The 415-kilometer (258-mile), 1.7 billion euro ($2.3 billion) Serbian section is one of the biggest investments in the country in years and comes as its struggling economy desperately needs a boost. The link will make Serbia a regional energy hub and secure its own gas supplies.
South Stream is a pet project of Russian President Vladimir Putin. But some analysts say it is a dubious investment that will cost Gazprom $50 billion-plus just as its revenues are falling due to falling demand and increased competition in Europe.
5. Opposition newspaper in Azerbaijan appeals for support
Azerbaijani opposition newspaper Yeni Musavat (New Equality) is appealing to its readers for support amid growing pressure from the authorities, Radio Free Europe reports. Rauf Arifoglu, the newspaper’s founder and editor in chief, has launched an appeal via his personal Facebook account asking supporters of independent media to subscribe, as copies are being withdrawn from circulation by authorities.
“We need your prayers, your subscriptions, and your support as the authorities have confiscated 3,000 copies of our newspaper," he said, according to RFE.
The paper has for years been the target of government harassment and crippling lawsuits. Staff at Yeni Musavat received death threats earlier this year after publishing articles critical of some local officials. Last year, the paper was hit with steep fines for damaging the honor and reputation of a businessman who is the son of the country’s transport minister.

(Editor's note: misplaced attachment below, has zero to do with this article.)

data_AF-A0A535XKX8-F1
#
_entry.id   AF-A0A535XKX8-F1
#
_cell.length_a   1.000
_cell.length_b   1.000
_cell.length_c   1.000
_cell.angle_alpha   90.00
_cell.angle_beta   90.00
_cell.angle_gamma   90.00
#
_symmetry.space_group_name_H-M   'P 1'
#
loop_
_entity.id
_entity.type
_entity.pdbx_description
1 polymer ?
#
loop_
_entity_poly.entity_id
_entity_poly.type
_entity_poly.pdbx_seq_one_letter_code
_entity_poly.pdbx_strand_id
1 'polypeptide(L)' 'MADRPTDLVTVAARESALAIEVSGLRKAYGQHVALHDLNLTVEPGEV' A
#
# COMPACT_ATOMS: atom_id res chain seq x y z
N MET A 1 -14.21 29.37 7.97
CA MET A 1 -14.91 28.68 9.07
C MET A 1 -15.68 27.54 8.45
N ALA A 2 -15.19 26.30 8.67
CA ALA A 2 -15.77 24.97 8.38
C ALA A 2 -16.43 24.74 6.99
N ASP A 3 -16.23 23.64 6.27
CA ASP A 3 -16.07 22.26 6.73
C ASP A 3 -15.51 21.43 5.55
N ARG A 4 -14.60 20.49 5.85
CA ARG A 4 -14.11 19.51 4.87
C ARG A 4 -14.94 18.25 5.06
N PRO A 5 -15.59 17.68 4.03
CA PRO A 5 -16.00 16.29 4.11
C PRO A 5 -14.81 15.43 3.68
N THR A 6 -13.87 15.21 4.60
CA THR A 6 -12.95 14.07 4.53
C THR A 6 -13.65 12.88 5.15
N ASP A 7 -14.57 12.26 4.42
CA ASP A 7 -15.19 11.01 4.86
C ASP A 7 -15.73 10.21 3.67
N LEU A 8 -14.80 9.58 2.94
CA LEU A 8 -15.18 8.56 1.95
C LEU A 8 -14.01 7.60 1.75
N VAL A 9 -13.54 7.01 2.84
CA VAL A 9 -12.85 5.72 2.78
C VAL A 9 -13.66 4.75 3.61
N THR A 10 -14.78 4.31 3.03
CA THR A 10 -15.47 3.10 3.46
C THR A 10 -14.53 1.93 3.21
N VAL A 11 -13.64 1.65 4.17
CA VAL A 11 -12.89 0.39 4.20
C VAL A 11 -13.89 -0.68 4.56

Caucasian Knot reports that another prominent opposition newspaper, Azadlyq, has been facing threats of closure due to its debts to the state publishing house. Youth activists have launched a Facebook fundraising campaign in support of the newspaper.
Azerbaijan sits near the bottom of Reporters Without Borders’ press freedom index, ranking 156th of 179 countries.
The “authorities have taken full control over 99 percent of the media; the rest of them are on the verge of extinction," Mekhman Aliev, director of the Turan news agency, said at a recent roundtable, according to Caucasian Knot.
A primary obstacle to development of independent media in Azerbaijan is the scarcity of ad money, due to the economy's domination by foreign energy giants such as British Petroleum and Lukoil instead of smaller businesses in need of advertising. That leaves media outlets dependent on aid and advertising from the authoritarian government and subject to explicit or implicit censorship.
Now available! A new TOL e-book: "Crimea: The Anatomy of a Crisis" is a compilation of articles from TOL’s past coverage about Russia's annexation of Crimea, placed in the context of long-running disputes over the region. Find out also what's happened to Crimea and its people nearly a year after Russia's move shocked the international community.